# Every object has gravity

## Force, weight and gravity

### Gravitational force

When you hang a weight on a spring scale, it will be attracted to the earth. This pull towards the center of the earth is called gravitational force or simply gravitation.

Even particle physicists still don't know exactly what causes gravity, but here are some of its most important features:

- All masses attract each other.
- The larger the mass, the stronger the attraction.
- The closer the masses are, the stronger the attraction.

The gravity between small masses is extremely weak. It's less than $ \ mathrm {10 ^ {- 7} \ N} $ between you and a cat on your lap! But the earth is so massive that its gravitational pull is strong enough to keep most things firmly on the ground.

### Weight

Weight is another name for the earth's gravitational force on an object. Like other forces, weight is given in Newtons (N).

Near the earth's surface, an object with a mass of 1 kg has a weight of around 9.81 N - but that depends on the location of the measurement. For many everyday calculations one usually uses 10 N, also on this homepage. Larger masses have greater weights. Here are some examples:

### Gravitational field strength, g

The earth has a **Gravitational field**that exerts a force on every mass in and on it. One works near the surface of the earth **Gravitational force** from 10 Newtons to every kilogram of mass: The gravitational field strength of the earth is thus 10 Newtons per kilogram ($ \ mathrm {\ frac {N} {kg}} $).

The gravitational field strength is represented by the symbol $ g $.

So: **Weight = mass $ \ cdot $ g**

Notation in symbols:

$ W \ = \ m \ \ cdot \ g $

Symbols and units:

- $ W $ = weight in Newtons ($ \ mathrm N $)
- $ m $ = mass in kilograms ($ \ mathrm {kg} $)
- $ g $ = gravitational field strength, $ \ mathrm {10 \ \ frac {N} {kg}} $ near the earth's surface

In everyday language we often use the word "weight" when it should actually mean "mass". Even scales that actually measure weight are usually divided into units of mass. But the two parachutists above "weigh" **Not** 100 kilograms, but have a mass of 100 kilograms and a weight of 1000 Newtons.

Example:

What is the acceleration of the rocket pictured?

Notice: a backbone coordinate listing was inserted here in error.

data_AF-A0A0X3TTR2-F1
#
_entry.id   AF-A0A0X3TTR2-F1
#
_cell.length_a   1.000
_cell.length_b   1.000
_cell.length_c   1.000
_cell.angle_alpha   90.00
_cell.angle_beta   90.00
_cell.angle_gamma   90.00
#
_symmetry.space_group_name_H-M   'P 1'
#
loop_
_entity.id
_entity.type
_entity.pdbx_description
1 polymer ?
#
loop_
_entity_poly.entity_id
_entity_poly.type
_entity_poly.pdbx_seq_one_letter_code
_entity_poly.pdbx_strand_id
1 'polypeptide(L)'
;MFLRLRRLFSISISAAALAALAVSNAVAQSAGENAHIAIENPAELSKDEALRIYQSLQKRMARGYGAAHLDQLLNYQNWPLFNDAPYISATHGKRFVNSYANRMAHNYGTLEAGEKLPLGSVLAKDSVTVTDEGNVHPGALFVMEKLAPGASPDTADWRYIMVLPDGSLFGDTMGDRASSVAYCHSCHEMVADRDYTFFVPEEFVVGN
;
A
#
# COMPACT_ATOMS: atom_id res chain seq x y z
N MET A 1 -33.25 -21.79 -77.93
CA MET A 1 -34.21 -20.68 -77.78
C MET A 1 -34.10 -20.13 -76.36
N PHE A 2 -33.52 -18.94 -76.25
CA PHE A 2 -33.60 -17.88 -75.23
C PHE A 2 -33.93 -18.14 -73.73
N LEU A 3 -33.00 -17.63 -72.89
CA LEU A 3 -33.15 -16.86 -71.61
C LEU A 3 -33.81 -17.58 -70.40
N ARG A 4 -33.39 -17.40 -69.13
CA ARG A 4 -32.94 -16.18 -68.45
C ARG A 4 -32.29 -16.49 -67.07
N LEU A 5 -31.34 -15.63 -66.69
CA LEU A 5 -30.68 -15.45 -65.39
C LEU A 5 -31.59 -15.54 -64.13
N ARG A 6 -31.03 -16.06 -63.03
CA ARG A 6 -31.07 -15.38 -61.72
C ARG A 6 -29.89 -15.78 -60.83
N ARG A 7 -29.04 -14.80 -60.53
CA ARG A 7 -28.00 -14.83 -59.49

To determine the rocket's acceleration, you need to know the resulting force. And to find out, you have to know how much the rocket weighs.

Weight = $ mg \ = \ \ mathrm {200 \ kg \ \ cdot \ 10 \ \ frac {N} {kg} \ = 2000 \ N} $

It follows:

resulting force (upwards) = $ \ mathrm {3000 \ N \ - \ 2000 \ N \ = \ 1000 \ N} $

But:

**resulting force = mass $ \ cdot $ acceleration**

So:

$ \ mathrm {1000 \ N \ = \ 200 \ kg \ \ cdot \ acceleration} $

The rearranged equation gives:

Acceleration of the rocket = $ \ mathrm {5 \ \ frac {m} {s ^ 2}} $

### Variable weight, constant mass

On the moon, your weight (in Newtons) would be much less than on earth because the moon's gravitational field is weaker.

On earth, too, your weight can vary slightly from place to place, because the gravitational field strength of the earth is not the same everywhere. As you move away from the earth, your weight decreases. If you were to fly deep into space and you were free from any gravitational pull, your weight would be zero.

Whether on earth, on the moon or deep in space, your body always has the same resistance to a change in movement. So your mass ($ \ mathrm {kg} $) does not change - at least not under normal circumstances. But...

According to Einstein's theory of relativity, the mass can also change. For example, it increases when an object accelerates. However, the change is far too small to be noticeable at speeds well below the speed of light. So for all practical purposes we can assume that mass is constant.

### Two meanings for g

The acceleration of every object can be determined with the help of the equation force = mass x acceleration (picture at the top). For example, a force of 20 N acts on the mass of 2 kg, so its acceleration is $ \ mathrm {10 \ \ frac {m} {s ^ 2}} $.

The result also applies to all other objects in the picture, including the two parachutists. The acceleration is always $ \ mathrm {10 \ \ frac {m} {s ^ 2}} $ or $ g $ (where $ g $ is the gravitational field strength of the earth, $ \ mathrm {10 \ \ frac {N} {kg }} $), is.

So the symbol $ g $ has two meanings:

- $ g $ is the gravitational field strength ($ \ mathrm {10 \ \ frac {N} {kg}} $).
- $ g $ is the acceleration in free fall ($ \ mathrm {10 \ \ frac {m} {s ^ 2}} $).

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